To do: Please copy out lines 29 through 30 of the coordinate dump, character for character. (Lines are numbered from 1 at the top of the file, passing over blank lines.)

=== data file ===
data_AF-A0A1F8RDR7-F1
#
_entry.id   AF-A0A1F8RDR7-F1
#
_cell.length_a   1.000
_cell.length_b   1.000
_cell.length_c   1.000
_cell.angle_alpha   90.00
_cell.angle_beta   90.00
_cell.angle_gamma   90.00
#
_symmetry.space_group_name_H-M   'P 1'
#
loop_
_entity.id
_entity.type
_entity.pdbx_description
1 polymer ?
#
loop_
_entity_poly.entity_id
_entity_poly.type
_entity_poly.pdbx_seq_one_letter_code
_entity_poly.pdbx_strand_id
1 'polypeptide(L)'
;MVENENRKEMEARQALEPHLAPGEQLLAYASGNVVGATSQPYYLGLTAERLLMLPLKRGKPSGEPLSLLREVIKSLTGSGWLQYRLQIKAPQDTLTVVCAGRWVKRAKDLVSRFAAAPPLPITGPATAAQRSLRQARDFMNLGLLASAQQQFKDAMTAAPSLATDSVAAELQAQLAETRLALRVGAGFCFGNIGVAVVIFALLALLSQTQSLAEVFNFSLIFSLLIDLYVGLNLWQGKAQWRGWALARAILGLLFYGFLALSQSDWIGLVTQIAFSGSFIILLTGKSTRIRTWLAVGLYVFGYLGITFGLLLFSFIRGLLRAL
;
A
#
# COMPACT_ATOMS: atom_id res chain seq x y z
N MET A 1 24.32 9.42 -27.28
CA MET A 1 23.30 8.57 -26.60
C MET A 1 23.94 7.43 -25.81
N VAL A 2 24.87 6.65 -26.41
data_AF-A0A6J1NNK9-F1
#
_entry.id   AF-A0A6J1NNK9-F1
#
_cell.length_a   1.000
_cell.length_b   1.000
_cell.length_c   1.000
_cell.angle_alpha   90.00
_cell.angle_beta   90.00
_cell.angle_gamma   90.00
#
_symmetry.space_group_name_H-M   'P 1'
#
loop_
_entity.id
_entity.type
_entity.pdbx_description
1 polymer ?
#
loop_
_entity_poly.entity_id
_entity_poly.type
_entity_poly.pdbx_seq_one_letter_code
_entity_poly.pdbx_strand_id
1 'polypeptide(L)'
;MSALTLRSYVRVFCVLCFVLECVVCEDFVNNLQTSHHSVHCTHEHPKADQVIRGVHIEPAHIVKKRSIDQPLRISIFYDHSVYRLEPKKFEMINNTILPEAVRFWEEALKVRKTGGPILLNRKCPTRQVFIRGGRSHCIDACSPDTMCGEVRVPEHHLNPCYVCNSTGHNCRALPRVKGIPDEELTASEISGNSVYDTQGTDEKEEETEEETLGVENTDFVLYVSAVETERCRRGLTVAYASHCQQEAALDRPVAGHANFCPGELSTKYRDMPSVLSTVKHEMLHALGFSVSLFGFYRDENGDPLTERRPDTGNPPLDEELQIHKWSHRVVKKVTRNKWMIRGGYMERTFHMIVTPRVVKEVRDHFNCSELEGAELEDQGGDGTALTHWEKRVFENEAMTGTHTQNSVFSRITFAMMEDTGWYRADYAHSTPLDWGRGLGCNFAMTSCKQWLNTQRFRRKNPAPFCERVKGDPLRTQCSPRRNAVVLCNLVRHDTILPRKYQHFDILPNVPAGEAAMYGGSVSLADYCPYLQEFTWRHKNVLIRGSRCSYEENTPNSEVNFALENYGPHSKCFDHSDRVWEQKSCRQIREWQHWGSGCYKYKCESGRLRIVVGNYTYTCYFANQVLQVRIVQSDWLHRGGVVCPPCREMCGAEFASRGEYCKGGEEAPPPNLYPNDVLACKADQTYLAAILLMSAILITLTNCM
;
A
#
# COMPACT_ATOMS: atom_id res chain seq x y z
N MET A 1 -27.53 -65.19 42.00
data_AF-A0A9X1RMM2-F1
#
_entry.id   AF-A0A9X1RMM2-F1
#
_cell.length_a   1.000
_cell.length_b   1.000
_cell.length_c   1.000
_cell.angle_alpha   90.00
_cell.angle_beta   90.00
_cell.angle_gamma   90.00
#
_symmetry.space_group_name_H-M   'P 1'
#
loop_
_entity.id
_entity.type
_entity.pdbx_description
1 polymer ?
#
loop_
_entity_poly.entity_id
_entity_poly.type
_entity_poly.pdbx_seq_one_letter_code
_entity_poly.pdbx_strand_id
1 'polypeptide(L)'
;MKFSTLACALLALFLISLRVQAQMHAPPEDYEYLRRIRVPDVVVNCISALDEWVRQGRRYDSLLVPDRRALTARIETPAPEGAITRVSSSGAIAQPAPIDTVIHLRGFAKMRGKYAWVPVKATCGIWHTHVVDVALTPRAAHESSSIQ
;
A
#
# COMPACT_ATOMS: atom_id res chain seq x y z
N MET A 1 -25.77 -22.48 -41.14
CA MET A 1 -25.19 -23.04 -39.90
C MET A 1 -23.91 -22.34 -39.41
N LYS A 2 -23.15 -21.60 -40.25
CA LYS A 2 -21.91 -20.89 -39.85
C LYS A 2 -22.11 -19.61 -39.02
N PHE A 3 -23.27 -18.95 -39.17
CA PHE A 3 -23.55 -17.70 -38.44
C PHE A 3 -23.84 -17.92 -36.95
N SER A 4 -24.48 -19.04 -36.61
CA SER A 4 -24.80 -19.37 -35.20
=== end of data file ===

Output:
#
# COMPACT_ATOMS: atom_id res chain seq x y z